Grant Application

Chris Horvat, MD, Megan Browning, MD, Robert Newmyer, MD, and Rajesh Aneja, MD, of Children’s Hospital of Pittsburgh of UPMC


Proposed Innovation

Point of care ultrasound is used to diagnose life-threatening conditions, guide invasive procedures, and treat patients. It’s an invaluable and critical tool in fast-paced settings where seconds can be the difference between good and bad outcomes. While it has improved patient safety and outcomes in emergency medicine and adult critical care, the use of ultrasound in pediatric critical care is relatively new.

Through this grant, the Pediatric Intensive Care Unit (PICU) at Children’s Hospital of Pittsburgh of UPMC will purchase new ultrasound technology, namely a phased array probe and cardiac imaging package, that will greatly expand capabilities to include heart, lung, and abdominal imaging of pediatric patients beyond the previous application of ultrasound for vascular access.


Improvements in Action

In addition to expanding capabilities in the PICU, faculty and fellows will undergo formal training in pediatric critical care ultrasound imaging through the Society of Critical Care Medicine. A training curriculum also will be established at Children’s Hospital to ensure the technology is used to its full potential in patient care.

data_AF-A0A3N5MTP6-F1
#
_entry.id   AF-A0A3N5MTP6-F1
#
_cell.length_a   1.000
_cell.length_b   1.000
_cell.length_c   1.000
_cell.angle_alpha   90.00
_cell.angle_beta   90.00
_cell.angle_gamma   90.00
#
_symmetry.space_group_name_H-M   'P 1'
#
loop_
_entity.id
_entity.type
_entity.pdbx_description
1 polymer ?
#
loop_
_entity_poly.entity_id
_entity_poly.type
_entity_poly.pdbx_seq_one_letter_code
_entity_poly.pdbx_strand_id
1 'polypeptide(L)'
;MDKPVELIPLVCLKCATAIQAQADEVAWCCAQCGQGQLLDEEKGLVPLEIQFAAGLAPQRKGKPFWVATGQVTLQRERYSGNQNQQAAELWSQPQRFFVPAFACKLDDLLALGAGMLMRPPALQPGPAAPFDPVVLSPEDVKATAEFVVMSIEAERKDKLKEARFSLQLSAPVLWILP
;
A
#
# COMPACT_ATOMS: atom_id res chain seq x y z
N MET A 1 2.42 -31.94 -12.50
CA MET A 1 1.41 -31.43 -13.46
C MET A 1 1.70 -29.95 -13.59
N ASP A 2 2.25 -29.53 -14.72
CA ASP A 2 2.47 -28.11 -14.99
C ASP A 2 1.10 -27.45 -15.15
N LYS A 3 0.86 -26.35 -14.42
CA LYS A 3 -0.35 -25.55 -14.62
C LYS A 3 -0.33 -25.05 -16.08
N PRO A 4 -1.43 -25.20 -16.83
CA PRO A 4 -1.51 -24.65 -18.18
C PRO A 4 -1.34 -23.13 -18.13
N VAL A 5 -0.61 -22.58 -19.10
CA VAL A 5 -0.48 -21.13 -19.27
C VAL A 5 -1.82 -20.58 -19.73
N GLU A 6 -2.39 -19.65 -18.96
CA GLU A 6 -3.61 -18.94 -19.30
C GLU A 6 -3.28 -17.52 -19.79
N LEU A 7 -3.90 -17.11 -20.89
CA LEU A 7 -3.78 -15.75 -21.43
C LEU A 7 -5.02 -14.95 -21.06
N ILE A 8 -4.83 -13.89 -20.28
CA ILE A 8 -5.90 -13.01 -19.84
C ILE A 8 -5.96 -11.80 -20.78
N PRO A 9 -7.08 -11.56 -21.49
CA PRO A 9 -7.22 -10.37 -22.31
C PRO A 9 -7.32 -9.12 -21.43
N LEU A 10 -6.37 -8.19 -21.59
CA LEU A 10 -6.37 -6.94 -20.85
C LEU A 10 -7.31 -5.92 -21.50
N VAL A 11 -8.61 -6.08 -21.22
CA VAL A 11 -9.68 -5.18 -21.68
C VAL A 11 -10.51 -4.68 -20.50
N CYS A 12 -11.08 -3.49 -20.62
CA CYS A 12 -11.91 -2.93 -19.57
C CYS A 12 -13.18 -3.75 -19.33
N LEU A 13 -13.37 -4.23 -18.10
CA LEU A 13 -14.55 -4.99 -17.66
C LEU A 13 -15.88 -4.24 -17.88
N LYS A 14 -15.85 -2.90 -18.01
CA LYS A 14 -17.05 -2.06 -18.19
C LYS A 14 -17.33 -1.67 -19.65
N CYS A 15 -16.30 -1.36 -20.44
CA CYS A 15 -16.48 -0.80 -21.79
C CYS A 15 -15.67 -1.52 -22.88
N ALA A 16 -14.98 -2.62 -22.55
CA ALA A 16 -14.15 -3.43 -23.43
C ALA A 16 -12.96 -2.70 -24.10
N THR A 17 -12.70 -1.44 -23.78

Results — In Progress

With the proper ultrasound tools and specialized training, doctors can quickly identify and treat collapsed lungs, assess blood volume and heart function in septic shock, and perform invasive procedures such as chest tube insertions more safely and with less pain. The project will be used to standardize approaches to frequently performed procedures. Regular review of diagnostic images and videos will inform feedback to physicians, improve technical expertise, and improve quality.